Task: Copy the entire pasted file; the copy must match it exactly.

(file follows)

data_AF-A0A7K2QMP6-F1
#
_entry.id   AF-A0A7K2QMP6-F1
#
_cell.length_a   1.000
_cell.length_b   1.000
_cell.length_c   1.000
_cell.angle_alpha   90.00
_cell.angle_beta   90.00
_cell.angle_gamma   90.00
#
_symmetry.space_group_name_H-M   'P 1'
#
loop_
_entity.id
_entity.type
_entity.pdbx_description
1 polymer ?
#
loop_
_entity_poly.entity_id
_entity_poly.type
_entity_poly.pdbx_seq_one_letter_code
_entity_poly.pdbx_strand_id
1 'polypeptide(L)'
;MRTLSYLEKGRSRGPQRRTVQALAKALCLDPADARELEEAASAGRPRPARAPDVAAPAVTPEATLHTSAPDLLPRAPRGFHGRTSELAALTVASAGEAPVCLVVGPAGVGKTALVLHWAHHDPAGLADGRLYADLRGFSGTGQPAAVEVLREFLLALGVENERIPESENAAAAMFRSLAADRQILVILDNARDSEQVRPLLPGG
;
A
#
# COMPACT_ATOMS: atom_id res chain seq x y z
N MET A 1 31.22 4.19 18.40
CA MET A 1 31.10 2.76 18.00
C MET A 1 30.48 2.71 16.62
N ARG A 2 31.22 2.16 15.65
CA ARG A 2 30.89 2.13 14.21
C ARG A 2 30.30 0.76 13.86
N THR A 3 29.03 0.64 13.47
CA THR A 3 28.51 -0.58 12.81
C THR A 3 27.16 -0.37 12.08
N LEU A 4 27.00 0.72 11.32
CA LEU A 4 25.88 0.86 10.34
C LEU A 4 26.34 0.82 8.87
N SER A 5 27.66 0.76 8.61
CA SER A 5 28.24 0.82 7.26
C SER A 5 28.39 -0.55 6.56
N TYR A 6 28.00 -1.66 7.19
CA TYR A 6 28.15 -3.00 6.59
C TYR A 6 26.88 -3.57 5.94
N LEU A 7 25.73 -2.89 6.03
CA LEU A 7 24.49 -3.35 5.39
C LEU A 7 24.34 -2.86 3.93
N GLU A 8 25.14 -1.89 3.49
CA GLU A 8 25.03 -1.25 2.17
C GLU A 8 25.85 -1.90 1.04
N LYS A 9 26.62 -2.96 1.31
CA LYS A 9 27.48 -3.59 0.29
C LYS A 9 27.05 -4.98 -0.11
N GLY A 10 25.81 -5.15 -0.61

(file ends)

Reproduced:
data_AF-A0A7K2QMP6-F1
#
_entry.id   AF-A0A7K2QMP6-F1
#
_cell.length_a   1.000
_cell.length_b   1.000
_cell.length_c   1.000
_cell.angle_alpha   90.00
_cell.angle_beta   90.00
_cell.angle_gamma   90.00
#
_symmetry.space_group_name_H-M   'P 1'
#
loop_
_entity.id
_entity.type
_entity.pdbx_description
1 polymer ?
#
loop_
_entity_poly.entity_id
_entity_poly.type
_entity_poly.pdbx_seq_one_letter_code
_entity_poly.pdbx_strand_id
1 'polypeptide(L)'
;MRTLSYLEKGRSRGPQRRTVQALAKALCLDPADARELEEAASAGRPRPARAPDVAAPAVTPEATLHTSAPDLLPRAPRGFHGRTSELAALTVASAGEAPVCLVVGPAGVGKTALVLHWAHHDPAGLADGRLYADLRGFSGTGQPAAVEVLREFLLALGVENERIPESENAAAAMFRSLAADRQILVILDNARDSEQVRPLLPGG
;
A
#
# COMPACT_ATOMS: atom_id res chain seq x y z
N MET A 1 31.22 4.19 18.40
CA MET A 1 31.10 2.76 18.00
C MET A 1 30.48 2.71 16.62
N ARG A 2 31.22 2.16 15.65
CA ARG A 2 30.89 2.13 14.21
C ARG A 2 30.30 0.76 13.86
N THR A 3 29.03 0.64 13.47
CA THR A 3 28.51 -0.58 12.81
C THR A 3 27.16 -0.37 12.08
N LEU A 4 27.00 0.72 11.32
CA LEU A 4 25.88 0.86 10.34
C LEU A 4 26.34 0.82 8.87
N SER A 5 27.66 0.76 8.61
CA SER A 5 28.24 0.82 7.26
C SER A 5 28.39 -0.55 6.56
N TYR A 6 28.00 -1.66 7.19
CA TYR A 6 28.15 -3.00 6.59
C TYR A 6 26.88 -3.57 5.94
N LEU A 7 25.73 -2.89 6.03
CA LEU A 7 24.49 -3.35 5.39
C LEU A 7 24.34 -2.86 3.93
N GLU A 8 25.14 -1.89 3.49
CA GLU A 8 25.03 -1.25 2.17
C GLU A 8 25.85 -1.90 1.04
N LYS A 9 26.62 -2.96 1.31
CA LYS A 9 27.48 -3.59 0.29
C LYS A 9 27.05 -4.98 -0.11
N GLY A 10 25.81 -5.15 -0.61